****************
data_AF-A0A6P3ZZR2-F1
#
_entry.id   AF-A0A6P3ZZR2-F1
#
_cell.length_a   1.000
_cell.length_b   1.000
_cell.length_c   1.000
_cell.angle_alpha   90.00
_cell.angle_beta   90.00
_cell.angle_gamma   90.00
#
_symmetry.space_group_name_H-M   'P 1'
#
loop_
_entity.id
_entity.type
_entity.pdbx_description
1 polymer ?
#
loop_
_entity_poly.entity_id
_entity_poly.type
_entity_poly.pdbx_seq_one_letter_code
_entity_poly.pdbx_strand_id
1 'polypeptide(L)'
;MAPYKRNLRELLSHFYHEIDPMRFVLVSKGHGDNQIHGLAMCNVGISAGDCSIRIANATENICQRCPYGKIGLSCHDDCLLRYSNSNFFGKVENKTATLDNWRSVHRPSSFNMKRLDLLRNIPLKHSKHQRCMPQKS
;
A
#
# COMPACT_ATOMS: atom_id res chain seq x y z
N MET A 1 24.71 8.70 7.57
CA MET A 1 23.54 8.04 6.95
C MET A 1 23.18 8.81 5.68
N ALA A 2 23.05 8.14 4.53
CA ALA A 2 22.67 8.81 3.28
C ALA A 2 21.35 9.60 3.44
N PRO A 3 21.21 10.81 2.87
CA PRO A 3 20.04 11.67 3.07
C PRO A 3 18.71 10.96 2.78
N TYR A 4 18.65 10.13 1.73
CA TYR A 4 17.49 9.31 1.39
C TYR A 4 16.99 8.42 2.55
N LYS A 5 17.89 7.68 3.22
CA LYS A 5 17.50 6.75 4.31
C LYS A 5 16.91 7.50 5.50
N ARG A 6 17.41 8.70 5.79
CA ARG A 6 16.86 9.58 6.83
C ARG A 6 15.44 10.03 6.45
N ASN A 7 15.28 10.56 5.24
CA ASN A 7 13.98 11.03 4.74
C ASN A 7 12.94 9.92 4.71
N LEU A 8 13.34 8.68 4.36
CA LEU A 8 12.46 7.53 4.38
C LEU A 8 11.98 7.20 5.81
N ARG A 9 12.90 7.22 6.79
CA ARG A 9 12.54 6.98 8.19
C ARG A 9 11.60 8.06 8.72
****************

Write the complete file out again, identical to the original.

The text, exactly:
data_AF-A0A6P3ZZR2-F1
#
_entry.id   AF-A0A6P3ZZR2-F1
#
_cell.length_a   1.000
_cell.length_b   1.000
_cell.length_c   1.000
_cell.angle_alpha   90.00
_cell.angle_beta   90.00
_cell.angle_gamma   90.00
#
_symmetry.space_group_name_H-M   'P 1'
#
loop_
_entity.id
_entity.type
_entity.pdbx_description
1 polymer ?
#
loop_
_entity_poly.entity_id
_entity_poly.type
_entity_poly.pdbx_seq_one_letter_code
_entity_poly.pdbx_strand_id
1 'polypeptide(L)'
;MAPYKRNLRELLSHFYHEIDPMRFVLVSKGHGDNQIHGLAMCNVGISAGDCSIRIANATENICQRCPYGKIGLSCHDDCLLRYSNSNFFGKVENKTATLDNWRSVHRPSSFNMKRLDLLRNIPLKHSKHQRCMPQKS
;
A
#
# COMPACT_ATOMS: atom_id res chain seq x y z
N MET A 1 24.71 8.70 7.57
CA MET A 1 23.54 8.04 6.95
C MET A 1 23.18 8.81 5.68
N ALA A 2 23.05 8.14 4.53
CA ALA A 2 22.67 8.81 3.28
C ALA A 2 21.35 9.60 3.44
N PRO A 3 21.21 10.81 2.87
CA PRO A 3 20.04 11.67 3.07
C PRO A 3 18.71 10.96 2.78
N TYR A 4 18.65 10.13 1.73
CA TYR A 4 17.49 9.31 1.39
C TYR A 4 16.99 8.42 2.55
N LYS A 5 17.89 7.68 3.22
CA LYS A 5 17.50 6.75 4.31
C LYS A 5 16.91 7.50 5.50
N ARG A 6 17.41 8.70 5.79
CA ARG A 6 16.86 9.58 6.83
C ARG A 6 15.44 10.03 6.45
N ASN A 7 15.28 10.56 5.24
CA ASN A 7 13.98 11.03 4.74
C ASN A 7 12.94 9.92 4.71
N LEU A 8 13.34 8.68 4.36
CA LEU A 8 12.46 7.53 4.38
C LEU A 8 11.98 7.20 5.81
N ARG A 9 12.90 7.22 6.79
CA ARG A 9 12.54 6.98 8.19
C ARG A 9 11.60 8.06 8.72